BEND, OR -- After last year’s oil train derailment in the Columbia Gorge, causing a major fire and sending crude oil into Mosier, many questioned whether it could happen here. With miles of track running through Central Oregon, a local catastrophic train derailment is not outside the realm of possibility.
On Friday, BNSF brought its mobile classroom to Bend, to help local emergency crews know how to respond if an oil tanker goes off the rails. Bend Fire Engineer Will Akins says one oil car carries the equivalent of three semi trucks. "Looking at what kind of resources are going to be required. We’re here to build relationships with the hazmat contractors and Burlington Northern, and build those relationships so that if an incident happens we’re more prepared; we know who to call, when to call." He has studied train emergencies before and tells KBND News, "When we look at some of the case studies, some of the hazmat derailments – whether they’re crude oil or general freight trains and mixed freight – some of these incidents have involved upwards of 18 hazmat teams, 34 fire departments, 36 police departments. So, they require many, many resources that we don’t necessarily have in Central Oregon." He says one oil railcar can carry the equivalent of three semi trucks.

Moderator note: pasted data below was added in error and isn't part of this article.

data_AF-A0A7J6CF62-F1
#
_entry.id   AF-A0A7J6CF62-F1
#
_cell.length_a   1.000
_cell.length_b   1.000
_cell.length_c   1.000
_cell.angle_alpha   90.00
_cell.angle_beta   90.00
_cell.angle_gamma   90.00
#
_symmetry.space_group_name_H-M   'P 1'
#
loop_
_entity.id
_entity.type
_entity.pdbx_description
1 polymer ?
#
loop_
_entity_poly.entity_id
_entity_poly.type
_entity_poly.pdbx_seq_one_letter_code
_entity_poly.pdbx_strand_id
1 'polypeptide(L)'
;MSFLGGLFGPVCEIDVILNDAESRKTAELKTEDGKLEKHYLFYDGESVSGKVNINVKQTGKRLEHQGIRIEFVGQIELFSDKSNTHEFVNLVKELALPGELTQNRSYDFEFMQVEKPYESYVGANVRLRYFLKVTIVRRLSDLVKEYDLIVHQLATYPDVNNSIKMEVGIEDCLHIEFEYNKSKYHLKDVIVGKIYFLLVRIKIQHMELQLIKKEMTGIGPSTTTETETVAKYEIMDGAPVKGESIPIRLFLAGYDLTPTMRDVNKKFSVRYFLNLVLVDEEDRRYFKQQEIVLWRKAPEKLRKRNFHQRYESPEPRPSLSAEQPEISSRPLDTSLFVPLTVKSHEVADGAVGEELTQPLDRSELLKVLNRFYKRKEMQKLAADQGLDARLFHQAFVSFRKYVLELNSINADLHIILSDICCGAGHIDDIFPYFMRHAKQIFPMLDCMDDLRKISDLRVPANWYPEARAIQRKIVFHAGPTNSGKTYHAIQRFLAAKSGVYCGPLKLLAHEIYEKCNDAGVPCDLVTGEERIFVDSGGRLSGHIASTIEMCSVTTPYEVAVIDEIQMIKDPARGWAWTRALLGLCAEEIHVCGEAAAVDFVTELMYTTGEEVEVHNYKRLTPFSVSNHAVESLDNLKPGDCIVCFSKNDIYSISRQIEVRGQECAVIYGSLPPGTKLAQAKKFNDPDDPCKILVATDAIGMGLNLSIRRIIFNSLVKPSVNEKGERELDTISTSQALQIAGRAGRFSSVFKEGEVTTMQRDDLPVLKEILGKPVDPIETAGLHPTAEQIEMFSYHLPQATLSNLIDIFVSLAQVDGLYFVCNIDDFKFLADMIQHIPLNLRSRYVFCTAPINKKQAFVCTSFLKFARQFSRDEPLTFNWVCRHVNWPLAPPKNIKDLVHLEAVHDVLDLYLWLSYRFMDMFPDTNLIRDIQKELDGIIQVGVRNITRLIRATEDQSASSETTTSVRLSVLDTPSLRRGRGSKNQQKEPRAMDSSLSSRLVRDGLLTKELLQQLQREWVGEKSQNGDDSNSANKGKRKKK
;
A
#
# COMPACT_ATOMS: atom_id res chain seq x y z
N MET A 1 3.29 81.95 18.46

About 50 firefighters attended Friday’s training, including crews from Bend, Sunriver and Crescent Lake, in conjunction with Burlington Northern-Santa Fe (BNSF). When asked whether the region is ready if a Mosier-style emergency happened here, Akins replied, "That’s the million-dollar question. I don’t know that when we look at these case studies or these derailments that have happened, can you truly be prepared? We have to call in resources from out of the area; we have hazmat teams that come in both through fire departments and the railroad. We hope that it doesn’t happen. But, we’re negligent if we don’t try and think about it, and prepare." He says the first priority would be setting up a safety zone and evacuating nearby residents. Friday’s training allowed firefighters to study the thicker high-pressure tanker cars being phased in by BNSF, which are designed to better withstand a crash.